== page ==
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Is Gandhi's Vision For India Ever Going To Be A Reality?

October 2nd 2021 marks the 152nd anniversary of Gandhiji, the ‘beloved’ father of our nation. Gandhi was known all over the world for his efforts for non-violent freedom movements. Over the course of his life, he gave several speeches about his vision for the future of the Indian subcontinent, the most prominent one being the speech he gave at Chatham House in 1931. Sitting next to Philip Kerr, the Marquess of Lothian, who would soon become the Under-Secretary of State for India, Gandhi announced: ‘I seize every opportunity I can of coming into touch with British public opinion and putting before them the purpose of my mission. I hope the words I speak to you this evening will find lodgement in your hearts.’ His mission? Obtaining Indian independence from the British Empire.

In his speech, he detailed the three main points that summarized his vision for the future; Religious pluralism, Non-violence and Independence. He emphasized these three facts because he believed that if we could achieve these three basic but necessary aspects of our society, we would pave the way for a better future.

India is one of the only countries in the world that has attained the moniker of ‘unity in diversity’. This signifies that we as a society have come together and learnt to live in harmony despite our social, religious and spiritual beliefs. Gandhiji was a staunch believer in respecting the minorities of the country, no matter which religion they belonged to. He wanted to believe that his fellow countrymen would follow his lead and treat everyone as equal, minority or not. Kapil Komireddi, author of Malevolent Republic: A Short History of the New India, believes the partition of British India was the moment when Gandhi’s dream of religious harmony in India collapsed: ‘India declared itself a pluralistic country in 1947 in which all religions were equal, but in order for this vision to be realized, it had to overcome the memory of partition. Repeated wars with Pakistan, however, have not allowed India to overcome that memory.’

But as it is very evident in our country today, that sentiment is not visible among many Indians. In today’s world, the debate around religion is like a grenade whose pin has been pulled, hard to approach and even harder to talk about. With the rising tide of Hindu nationalism and the central government essentially fanning the flames of the movement, Gandhiji’s dream of religious pluralism seems to be becoming a thing of the distant past.

Gandhiji’s name is synonymous with non-violence. So it makes sense that non-violence would be one of his pillars for an ideal society. His vision of a non-violent democratic state does not exist in today’s world and probably never will. With India becoming a nuclear power in 1998 and with its military and intelligence might, it is a formidable military power on the world stage. This along with India's involvement in foreign affairs on the international stage is not completely in line with Gandhiji’s principles.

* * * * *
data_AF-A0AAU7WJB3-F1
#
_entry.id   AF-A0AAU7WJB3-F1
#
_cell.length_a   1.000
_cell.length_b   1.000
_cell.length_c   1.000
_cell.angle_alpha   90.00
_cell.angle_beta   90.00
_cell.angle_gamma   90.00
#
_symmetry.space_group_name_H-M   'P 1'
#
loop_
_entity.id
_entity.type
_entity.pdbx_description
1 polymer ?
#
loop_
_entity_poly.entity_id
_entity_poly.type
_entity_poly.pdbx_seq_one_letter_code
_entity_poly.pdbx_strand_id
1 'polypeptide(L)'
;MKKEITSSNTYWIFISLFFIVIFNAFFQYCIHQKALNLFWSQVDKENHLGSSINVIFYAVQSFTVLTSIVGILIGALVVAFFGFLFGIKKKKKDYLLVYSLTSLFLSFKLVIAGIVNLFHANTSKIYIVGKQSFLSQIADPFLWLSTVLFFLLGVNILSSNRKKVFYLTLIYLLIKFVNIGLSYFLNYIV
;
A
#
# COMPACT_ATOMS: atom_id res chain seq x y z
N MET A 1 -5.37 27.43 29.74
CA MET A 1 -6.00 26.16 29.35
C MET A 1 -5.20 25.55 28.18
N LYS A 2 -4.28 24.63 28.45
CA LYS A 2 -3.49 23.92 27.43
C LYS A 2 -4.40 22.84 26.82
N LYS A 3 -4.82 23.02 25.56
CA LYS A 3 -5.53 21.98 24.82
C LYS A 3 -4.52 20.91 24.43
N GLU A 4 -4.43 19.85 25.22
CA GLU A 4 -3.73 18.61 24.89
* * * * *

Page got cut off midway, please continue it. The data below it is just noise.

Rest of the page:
And finally, his principle of Independence. When he gave this speech in 1931, India was still under British rule and he was vocal about his dream of a free India. He didn't just mean independence from the British, but independence and equality on all fronts. After 1947 India had a bumpy road with its quest for independence for its people. There have been several instances in our history as an independent nation where our fundamental rights have been taken from us, Emergency comes to mind. More recently, in the last 8 years, there have been several periods when our fundamental rights have been in danger. We live in a time when the freedom of speech, expression and even the right to equality has been repeatedly violated over the last 8 years and things don’t seem to be getting any better. The new IT laws, farm laws, the amendment to the cinematograph act, etc are all examples of these violations. Now more than ever, the freedom of the press in India is under fire, with raids being conducted in the offices of social media giants like Twitter and in news agencies that are openly critical of the central government.

With the country being so divided right now, whether it be politically, socially or in the aspect of religion we seem to be heading down a path of no return. Gandhiji might have not been the perfect man, but his ideologies still have an impact in today’s world. With little updates to his thoughts and ideas along with proper implementation, we might see the light at the end of the tunnel.


Bhardwaj, G. (2020, April 1st). Gandhi shares his vision for India. Chatham House.

Dr. Shubhangi Rathi. (n.d.). Relevance of Mahatma Gandhiji's Ideology in the Context of Indian Democracy.

D. Raja. (2021, September 29th). What would today’s government have done with Gandhi and Bhagat Singh? The Indian Express.

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